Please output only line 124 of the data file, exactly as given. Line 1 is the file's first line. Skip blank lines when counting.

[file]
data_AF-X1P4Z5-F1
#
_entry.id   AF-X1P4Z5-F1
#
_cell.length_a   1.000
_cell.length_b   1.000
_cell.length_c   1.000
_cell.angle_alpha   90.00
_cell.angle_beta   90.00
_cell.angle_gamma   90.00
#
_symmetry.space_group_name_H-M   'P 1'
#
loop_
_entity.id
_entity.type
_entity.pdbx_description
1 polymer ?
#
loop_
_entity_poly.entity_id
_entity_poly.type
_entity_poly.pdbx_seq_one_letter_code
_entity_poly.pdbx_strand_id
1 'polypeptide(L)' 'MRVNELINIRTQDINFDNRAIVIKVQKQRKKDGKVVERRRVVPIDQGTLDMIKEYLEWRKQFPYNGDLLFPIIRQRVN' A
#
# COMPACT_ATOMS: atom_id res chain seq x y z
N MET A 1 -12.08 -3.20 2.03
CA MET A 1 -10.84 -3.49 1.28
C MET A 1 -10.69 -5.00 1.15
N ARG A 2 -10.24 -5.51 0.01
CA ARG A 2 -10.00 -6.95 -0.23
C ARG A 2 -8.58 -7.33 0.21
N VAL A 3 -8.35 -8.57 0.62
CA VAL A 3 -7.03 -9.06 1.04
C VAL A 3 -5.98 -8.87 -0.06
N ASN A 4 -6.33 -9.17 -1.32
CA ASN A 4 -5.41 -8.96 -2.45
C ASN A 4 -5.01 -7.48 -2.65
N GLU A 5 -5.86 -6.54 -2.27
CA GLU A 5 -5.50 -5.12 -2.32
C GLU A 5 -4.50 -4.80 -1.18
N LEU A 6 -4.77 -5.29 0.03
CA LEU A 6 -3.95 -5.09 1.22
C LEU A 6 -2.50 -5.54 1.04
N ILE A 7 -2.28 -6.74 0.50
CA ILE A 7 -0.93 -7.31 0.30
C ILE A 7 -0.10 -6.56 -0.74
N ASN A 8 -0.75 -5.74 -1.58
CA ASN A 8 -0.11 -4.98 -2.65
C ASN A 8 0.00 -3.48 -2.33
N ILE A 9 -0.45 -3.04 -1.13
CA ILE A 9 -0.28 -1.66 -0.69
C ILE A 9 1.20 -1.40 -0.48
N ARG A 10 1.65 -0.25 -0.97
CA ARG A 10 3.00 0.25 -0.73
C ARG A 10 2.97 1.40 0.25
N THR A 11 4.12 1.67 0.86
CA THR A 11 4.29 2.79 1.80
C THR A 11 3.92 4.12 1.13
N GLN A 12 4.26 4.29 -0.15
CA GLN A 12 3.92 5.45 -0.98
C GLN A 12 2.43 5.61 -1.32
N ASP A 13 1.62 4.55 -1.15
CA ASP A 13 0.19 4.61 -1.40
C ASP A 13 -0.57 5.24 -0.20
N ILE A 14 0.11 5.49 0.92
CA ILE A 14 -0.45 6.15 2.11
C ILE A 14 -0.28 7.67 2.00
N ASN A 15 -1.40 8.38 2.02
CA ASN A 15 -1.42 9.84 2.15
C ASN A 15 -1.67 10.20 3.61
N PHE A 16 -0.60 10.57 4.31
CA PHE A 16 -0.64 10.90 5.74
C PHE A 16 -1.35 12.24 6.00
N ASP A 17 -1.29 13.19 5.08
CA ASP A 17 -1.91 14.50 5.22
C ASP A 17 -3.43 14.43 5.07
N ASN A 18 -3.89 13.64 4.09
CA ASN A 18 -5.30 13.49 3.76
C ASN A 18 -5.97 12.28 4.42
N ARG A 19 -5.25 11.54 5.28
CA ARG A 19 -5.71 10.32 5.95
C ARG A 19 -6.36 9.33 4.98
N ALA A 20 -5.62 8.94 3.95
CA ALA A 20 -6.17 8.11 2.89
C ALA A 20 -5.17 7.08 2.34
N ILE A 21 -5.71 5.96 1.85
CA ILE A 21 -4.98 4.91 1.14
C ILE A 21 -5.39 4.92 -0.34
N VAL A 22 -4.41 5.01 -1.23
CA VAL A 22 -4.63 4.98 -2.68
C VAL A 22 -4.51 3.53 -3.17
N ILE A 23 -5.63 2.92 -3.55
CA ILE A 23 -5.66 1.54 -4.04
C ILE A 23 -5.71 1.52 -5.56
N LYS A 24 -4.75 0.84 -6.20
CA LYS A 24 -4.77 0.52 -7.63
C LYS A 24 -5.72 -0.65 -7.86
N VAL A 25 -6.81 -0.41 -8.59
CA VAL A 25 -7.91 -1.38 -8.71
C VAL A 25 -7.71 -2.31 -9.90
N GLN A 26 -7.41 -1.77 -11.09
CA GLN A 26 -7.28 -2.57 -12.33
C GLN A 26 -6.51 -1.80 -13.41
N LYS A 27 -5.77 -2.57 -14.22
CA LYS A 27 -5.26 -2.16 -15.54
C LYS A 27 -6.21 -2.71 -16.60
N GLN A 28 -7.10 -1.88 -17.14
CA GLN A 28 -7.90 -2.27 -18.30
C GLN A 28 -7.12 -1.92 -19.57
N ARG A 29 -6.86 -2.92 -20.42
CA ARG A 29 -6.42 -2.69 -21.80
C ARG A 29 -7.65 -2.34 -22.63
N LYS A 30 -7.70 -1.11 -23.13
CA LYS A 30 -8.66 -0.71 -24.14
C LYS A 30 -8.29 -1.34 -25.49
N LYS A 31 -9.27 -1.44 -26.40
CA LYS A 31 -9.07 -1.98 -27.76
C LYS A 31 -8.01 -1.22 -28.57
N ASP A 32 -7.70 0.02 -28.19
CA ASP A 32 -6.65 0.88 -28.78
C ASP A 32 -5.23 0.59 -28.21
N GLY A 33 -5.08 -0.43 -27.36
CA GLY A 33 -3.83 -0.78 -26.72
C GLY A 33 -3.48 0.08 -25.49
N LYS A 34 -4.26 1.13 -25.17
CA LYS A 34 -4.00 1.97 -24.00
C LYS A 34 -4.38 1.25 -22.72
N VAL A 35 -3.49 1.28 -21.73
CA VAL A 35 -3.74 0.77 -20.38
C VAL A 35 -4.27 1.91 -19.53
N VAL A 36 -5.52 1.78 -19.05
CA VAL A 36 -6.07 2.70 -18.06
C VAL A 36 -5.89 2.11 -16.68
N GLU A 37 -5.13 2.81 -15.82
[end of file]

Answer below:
N GLY A 33 -5.08 -0.43 -27.36